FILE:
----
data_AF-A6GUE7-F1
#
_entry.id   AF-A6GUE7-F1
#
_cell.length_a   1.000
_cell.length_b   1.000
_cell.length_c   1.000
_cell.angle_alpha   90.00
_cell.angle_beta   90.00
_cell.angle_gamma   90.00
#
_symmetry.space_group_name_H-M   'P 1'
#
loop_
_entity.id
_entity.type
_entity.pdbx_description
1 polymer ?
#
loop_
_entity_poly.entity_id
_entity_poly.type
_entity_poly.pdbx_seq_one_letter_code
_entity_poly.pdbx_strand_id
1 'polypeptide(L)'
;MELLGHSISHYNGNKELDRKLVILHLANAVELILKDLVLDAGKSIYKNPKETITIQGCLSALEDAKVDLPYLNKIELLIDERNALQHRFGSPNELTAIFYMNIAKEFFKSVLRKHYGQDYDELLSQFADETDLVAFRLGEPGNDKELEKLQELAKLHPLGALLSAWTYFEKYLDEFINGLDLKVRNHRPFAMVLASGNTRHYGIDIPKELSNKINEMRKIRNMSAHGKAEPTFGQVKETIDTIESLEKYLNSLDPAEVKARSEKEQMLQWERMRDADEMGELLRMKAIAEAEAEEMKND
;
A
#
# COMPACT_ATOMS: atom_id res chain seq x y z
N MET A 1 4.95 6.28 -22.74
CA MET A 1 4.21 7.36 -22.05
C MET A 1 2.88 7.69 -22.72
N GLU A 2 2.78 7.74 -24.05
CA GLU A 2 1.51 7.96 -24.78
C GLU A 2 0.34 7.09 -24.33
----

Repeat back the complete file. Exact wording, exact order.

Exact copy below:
data_AF-A6GUE7-F1
#
_entry.id   AF-A6GUE7-F1
#
_cell.length_a   1.000
_cell.length_b   1.000
_cell.length_c   1.000
_cell.angle_alpha   90.00
_cell.angle_beta   90.00
_cell.angle_gamma   90.00
#
_symmetry.space_group_name_H-M   'P 1'
#
loop_
_entity.id
_entity.type
_entity.pdbx_description
1 polymer ?
#
loop_
_entity_poly.entity_id
_entity_poly.type
_entity_poly.pdbx_seq_one_letter_code
_entity_poly.pdbx_strand_id
1 'polypeptide(L)'
;MELLGHSISHYNGNKELDRKLVILHLANAVELILKDLVLDAGKSIYKNPKETITIQGCLSALEDAKVDLPYLNKIELLIDERNALQHRFGSPNELTAIFYMNIAKEFFKSVLRKHYGQDYDELLSQFADETDLVAFRLGEPGNDKELEKLQELAKLHPLGALLSAWTYFEKYLDEFINGLDLKVRNHRPFAMVLASGNTRHYGIDIPKELSNKINEMRKIRNMSAHGKAEPTFGQVKETIDTIESLEKYLNSLDPAEVKARSEKEQMLQWERMRDADEMGELLRMKAIAEAEAEEMKND
;
A
#
# COMPACT_ATOMS: atom_id res chain seq x y z
N MET A 1 4.95 6.28 -22.74
CA MET A 1 4.21 7.36 -22.05
C MET A 1 2.88 7.69 -22.72
N GLU A 2 2.78 7.74 -24.05
CA GLU A 2 1.51 7.96 -24.78
C GLU A 2 0.34 7.09 -24.33